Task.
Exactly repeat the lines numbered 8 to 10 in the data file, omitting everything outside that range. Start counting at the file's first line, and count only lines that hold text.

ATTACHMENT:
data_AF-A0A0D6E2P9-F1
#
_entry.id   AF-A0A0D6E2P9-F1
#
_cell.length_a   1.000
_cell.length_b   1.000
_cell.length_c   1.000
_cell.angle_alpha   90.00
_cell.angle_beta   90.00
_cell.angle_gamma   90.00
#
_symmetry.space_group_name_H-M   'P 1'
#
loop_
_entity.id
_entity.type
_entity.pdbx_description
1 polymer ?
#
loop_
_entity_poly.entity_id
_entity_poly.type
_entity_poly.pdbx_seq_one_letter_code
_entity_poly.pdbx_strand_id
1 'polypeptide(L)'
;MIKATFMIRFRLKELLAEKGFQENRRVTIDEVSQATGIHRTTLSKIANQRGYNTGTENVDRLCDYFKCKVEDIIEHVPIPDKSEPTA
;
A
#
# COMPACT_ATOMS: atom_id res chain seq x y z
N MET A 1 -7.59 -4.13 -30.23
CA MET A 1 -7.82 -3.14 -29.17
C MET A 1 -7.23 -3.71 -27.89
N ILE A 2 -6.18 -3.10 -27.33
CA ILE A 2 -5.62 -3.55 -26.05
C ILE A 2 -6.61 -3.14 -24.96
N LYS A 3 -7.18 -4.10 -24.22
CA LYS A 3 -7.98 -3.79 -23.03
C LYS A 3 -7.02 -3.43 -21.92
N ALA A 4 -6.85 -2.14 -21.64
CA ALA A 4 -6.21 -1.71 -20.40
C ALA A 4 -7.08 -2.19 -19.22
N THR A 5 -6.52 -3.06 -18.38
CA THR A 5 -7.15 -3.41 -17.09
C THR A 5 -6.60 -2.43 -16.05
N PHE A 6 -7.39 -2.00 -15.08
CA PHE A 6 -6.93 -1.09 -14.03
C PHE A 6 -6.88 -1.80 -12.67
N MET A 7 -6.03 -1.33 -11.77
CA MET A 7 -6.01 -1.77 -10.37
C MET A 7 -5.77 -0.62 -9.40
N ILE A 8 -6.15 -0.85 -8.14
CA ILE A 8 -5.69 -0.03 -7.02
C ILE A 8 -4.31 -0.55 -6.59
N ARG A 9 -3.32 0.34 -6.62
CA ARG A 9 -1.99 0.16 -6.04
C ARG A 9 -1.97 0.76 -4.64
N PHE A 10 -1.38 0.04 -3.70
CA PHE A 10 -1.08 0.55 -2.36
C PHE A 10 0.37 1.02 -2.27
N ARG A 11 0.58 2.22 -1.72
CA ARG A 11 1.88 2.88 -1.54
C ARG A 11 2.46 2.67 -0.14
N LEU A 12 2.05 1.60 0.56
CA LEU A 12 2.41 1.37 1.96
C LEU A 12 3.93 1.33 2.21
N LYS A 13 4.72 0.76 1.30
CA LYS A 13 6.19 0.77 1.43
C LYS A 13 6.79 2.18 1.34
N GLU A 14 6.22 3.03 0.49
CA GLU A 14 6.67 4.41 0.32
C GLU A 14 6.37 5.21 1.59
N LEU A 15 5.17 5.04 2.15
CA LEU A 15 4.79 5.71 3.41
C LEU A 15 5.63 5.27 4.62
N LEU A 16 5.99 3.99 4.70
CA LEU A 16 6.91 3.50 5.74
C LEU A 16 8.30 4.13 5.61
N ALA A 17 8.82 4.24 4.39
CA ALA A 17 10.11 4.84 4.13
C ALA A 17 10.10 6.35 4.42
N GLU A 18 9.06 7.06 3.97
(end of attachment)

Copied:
_cell.angle_alpha   90.00
_cell.angle_beta   90.00
_cell.angle_gamma   90.00